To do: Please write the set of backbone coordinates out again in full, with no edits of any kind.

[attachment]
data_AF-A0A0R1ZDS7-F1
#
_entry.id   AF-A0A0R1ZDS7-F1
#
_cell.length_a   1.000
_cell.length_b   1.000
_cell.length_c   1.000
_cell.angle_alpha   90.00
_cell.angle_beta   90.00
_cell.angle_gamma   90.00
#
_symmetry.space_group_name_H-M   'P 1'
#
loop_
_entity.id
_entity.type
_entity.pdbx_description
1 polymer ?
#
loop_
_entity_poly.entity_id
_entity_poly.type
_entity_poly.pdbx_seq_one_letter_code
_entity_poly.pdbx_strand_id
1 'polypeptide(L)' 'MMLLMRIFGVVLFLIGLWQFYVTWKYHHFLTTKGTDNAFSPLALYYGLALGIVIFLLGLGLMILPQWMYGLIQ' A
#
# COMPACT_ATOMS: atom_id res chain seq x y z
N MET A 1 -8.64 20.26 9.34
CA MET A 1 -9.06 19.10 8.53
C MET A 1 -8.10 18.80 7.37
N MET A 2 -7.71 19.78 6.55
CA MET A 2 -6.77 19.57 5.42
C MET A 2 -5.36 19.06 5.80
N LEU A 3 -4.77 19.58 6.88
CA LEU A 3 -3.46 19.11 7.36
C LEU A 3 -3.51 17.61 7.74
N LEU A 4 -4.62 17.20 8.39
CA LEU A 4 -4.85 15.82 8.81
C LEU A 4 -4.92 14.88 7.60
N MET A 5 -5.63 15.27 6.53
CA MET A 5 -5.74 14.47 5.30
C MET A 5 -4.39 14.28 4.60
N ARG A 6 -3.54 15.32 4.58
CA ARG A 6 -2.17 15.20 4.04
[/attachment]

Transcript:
data_AF-A0A0R1ZDS7-F1
#
_entry.id   AF-A0A0R1ZDS7-F1
#
_cell.length_a   1.000
_cell.length_b   1.000
_cell.length_c   1.000
_cell.angle_alpha   90.00
_cell.angle_beta   90.00
_cell.angle_gamma   90.00
#
_symmetry.space_group_name_H-M   'P 1'
#
loop_
_entity.id
_entity.type
_entity.pdbx_description
1 polymer ?
#
loop_
_entity_poly.entity_id
_entity_poly.type
_entity_poly.pdbx_seq_one_letter_code
_entity_poly.pdbx_strand_id
1 'polypeptide(L)' 'MMLLMRIFGVVLFLIGLWQFYVTWKYHHFLTTKGTDNAFSPLALYYGLALGIVIFLLGLGLMILPQWMYGLIQ' A
#
# COMPACT_ATOMS: atom_id res chain seq x y z
N MET A 1 -8.64 20.26 9.34
CA MET A 1 -9.06 19.10 8.53
C MET A 1 -8.10 18.80 7.37
N MET A 2 -7.71 19.78 6.55
CA MET A 2 -6.77 19.57 5.42
C MET A 2 -5.36 19.06 5.80
N LEU A 3 -4.77 19.58 6.88
CA LEU A 3 -3.46 19.11 7.36
C LEU A 3 -3.51 17.61 7.74
N LEU A 4 -4.62 17.20 8.39
CA LEU A 4 -4.85 15.82 8.81
C LEU A 4 -4.92 14.88 7.60
N MET A 5 -5.63 15.27 6.53
CA MET A 5 -5.74 14.47 5.30
C MET A 5 -4.39 14.28 4.60
N ARG A 6 -3.54 15.32 4.58
CA ARG A 6 -2.17 15.20 4.04